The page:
As to the suitability of denim generally for a grown-up event designated "casual," I think it may depend upon the community (both geographic and social) -- of course assuming it's not a no-denim venue.  If nice denim is not considered acceptable in the relevant community, then there is no need to include "no jeans" on the invitation -- most of the guests know already (as they would here), and if there are a few who don't, then too bad -- you don't insult/micromanage all the others trying to make sure that not a single guest wears jeans, the same as you don't put "no tardiness."  If denim is considered appropriate in that community, then I honestly don't think that the hosts should be trying to forbid it at their otherwise casual party, just because they personally don't like that "casual" includes jeans in their community -- just like they shouldn't say "no short dresses" if they designate the party "black tie" and live in a community where women wear long or short dresses to black tie events, but happen to prefer that all the women wear long gowns.  If it means that much to them not to have anyone in jeans, then, if they live in such a community, they should call it "dressy" or "business casual" or something other than "casual."

As for the other end of the question, "no ties," I think that Peaches's point about stating things in the negative is spot on here.  "Ties not required" is much better.  Even if most people would figure that "no ties" means "ties not required," they wouldn't be 100% sure, and you can bet that if you wear a tie, there'd be at least one idiot telling you, "Hey, the invitation said no ties!"  (The conversation that would follow would resemble this string!)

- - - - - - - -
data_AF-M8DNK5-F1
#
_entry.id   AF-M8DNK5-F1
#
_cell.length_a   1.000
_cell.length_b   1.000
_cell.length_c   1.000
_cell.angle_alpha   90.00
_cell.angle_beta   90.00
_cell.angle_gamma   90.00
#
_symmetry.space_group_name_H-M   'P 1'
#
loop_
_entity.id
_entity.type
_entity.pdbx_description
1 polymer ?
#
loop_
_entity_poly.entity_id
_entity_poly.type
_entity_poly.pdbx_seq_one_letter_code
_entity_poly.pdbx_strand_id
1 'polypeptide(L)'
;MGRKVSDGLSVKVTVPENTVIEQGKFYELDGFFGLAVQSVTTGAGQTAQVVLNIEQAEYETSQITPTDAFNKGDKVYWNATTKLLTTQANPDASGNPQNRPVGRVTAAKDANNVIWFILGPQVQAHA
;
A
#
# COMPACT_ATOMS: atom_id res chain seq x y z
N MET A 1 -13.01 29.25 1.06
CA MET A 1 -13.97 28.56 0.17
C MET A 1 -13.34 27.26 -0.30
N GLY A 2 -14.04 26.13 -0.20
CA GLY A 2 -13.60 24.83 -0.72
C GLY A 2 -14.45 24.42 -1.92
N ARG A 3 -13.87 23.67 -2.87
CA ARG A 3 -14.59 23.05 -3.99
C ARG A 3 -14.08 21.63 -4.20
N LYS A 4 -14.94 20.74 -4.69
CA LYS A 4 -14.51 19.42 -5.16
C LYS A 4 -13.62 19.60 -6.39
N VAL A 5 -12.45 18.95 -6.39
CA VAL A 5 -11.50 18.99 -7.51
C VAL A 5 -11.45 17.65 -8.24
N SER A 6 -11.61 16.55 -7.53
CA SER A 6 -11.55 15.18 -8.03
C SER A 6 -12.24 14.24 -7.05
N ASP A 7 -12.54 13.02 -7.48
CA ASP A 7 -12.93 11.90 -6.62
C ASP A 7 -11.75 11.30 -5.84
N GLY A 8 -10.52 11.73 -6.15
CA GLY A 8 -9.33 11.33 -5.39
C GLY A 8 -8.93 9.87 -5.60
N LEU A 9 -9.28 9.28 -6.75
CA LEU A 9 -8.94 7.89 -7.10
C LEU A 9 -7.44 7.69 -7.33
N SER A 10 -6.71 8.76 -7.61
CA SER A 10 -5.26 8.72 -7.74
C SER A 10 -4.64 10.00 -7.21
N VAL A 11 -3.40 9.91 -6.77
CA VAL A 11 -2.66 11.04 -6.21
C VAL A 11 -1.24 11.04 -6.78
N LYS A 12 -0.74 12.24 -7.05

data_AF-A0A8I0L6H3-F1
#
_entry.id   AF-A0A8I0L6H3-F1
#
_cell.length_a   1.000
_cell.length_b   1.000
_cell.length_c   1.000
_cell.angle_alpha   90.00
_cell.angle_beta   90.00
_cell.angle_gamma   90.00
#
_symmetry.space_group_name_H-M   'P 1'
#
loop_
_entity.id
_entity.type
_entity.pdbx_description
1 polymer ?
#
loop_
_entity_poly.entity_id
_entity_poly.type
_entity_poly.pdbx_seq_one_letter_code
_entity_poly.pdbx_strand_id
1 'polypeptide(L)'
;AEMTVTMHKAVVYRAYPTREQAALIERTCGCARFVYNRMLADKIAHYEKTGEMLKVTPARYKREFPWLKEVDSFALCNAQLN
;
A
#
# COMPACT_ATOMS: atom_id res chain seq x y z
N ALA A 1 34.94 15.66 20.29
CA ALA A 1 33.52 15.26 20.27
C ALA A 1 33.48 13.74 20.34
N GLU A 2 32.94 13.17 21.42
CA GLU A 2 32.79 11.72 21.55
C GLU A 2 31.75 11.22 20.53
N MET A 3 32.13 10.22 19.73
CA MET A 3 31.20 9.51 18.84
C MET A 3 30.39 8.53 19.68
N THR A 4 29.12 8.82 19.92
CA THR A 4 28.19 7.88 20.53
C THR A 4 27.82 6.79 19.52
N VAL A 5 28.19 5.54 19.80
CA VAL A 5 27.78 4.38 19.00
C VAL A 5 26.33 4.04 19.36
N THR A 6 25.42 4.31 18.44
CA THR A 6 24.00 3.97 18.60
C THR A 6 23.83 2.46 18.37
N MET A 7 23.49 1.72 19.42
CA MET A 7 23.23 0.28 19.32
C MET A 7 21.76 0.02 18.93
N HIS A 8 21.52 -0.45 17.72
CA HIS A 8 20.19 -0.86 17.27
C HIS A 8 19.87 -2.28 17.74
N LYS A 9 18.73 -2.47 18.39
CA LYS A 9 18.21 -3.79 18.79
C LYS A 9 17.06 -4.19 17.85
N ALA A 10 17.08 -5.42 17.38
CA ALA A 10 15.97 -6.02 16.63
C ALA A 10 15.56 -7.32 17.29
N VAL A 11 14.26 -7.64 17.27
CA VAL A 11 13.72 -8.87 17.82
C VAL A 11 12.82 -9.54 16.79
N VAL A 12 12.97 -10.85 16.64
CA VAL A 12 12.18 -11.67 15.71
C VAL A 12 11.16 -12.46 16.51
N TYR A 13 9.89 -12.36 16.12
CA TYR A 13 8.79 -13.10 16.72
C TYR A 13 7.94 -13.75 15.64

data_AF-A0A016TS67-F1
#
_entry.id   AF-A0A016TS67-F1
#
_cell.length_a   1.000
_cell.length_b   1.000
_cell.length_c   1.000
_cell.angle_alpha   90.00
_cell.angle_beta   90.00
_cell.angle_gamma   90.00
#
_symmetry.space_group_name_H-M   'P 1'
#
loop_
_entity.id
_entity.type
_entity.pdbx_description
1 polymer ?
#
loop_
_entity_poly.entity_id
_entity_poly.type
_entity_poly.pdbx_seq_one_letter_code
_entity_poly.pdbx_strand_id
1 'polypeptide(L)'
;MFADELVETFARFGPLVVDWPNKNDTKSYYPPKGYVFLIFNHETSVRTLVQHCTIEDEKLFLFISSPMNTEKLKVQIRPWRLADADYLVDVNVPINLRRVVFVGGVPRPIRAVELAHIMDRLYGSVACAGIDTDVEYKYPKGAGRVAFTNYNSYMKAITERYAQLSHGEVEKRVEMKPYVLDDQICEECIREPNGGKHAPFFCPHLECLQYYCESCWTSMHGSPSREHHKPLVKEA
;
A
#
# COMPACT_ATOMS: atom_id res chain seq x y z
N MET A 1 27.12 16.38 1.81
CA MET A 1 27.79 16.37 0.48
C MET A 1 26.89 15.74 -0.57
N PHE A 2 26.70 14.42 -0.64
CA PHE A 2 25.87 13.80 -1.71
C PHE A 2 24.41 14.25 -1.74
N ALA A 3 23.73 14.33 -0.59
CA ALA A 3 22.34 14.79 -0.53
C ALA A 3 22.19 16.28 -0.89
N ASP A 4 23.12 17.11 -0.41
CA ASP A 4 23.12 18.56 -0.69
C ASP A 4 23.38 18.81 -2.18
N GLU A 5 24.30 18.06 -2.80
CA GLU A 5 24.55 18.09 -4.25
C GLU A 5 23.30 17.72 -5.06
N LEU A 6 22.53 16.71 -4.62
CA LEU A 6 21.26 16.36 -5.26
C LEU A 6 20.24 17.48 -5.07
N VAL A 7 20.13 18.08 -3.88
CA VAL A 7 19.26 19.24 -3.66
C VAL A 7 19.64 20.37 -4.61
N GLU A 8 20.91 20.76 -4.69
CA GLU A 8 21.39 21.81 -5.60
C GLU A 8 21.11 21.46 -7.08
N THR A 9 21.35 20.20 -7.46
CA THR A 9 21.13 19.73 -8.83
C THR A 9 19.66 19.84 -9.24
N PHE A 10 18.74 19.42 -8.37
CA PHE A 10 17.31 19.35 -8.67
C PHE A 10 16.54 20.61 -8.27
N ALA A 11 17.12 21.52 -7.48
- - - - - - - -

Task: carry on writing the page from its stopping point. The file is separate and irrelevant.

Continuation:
Cat-Fu

  • Member
  • **
  • Posts: 523
  • My cat is a ninja
Re: "No Ties, No Jeans" notation on invitation
« Reply #78 on: January 15, 2013, 01:42:28 PM »
Honestly, I don't see how it is insulting to not want people to wear jeans or ties, but like I said before, it seems to me that the point was *not* to ban ties and jeans, but to indicate a range of dressiness. (Which they succeeded in doing quite clearly, IMO.)
“Poetry is a sword of lightning, ever unsheathed, which consumes the scabbard that would contain it.” PBS

audrey1962

  • Hero Member
  • ***
  • Posts: 4322
Re: "No Ties, No Jeans" notation on invitation
« Reply #79 on: January 15, 2013, 01:50:08 PM »
As I posted above, the guests ARE adults

My apologies, I must have missed that.

CaptainObvious

  • Member
  • **
  • Posts: 236
Re: "No Ties, No Jeans" notation on invitation
« Reply #80 on: January 15, 2013, 01:52:53 PM »
"No Ties, No Jeans" doesn't bother me in the least. It's communicating in a way the intended audience*  understands. I doubt many tweens/teens know what "business casual" or "yacht club" attire means.

*I'm assuming the guests are not adults.

As I posted above, the guests ARE adults -- some kids, but it's not a kids' party, it's an adult dinner dance, to which there are kids invited.  (I know this string has gotten long and you're not required to read all the posts before posting!)  Does that change your feeling?

The fact that so many people are saying that they like this wording specifically "because it gives guidance to kids," because kids have different standards of dress and can't really be expected to know the social language of "casual," "business casual," etc., underscores for me what's not so good about it for adults.  It implies that their social skills are those of children who can't be expected how to interpret a dress code without specific guidance.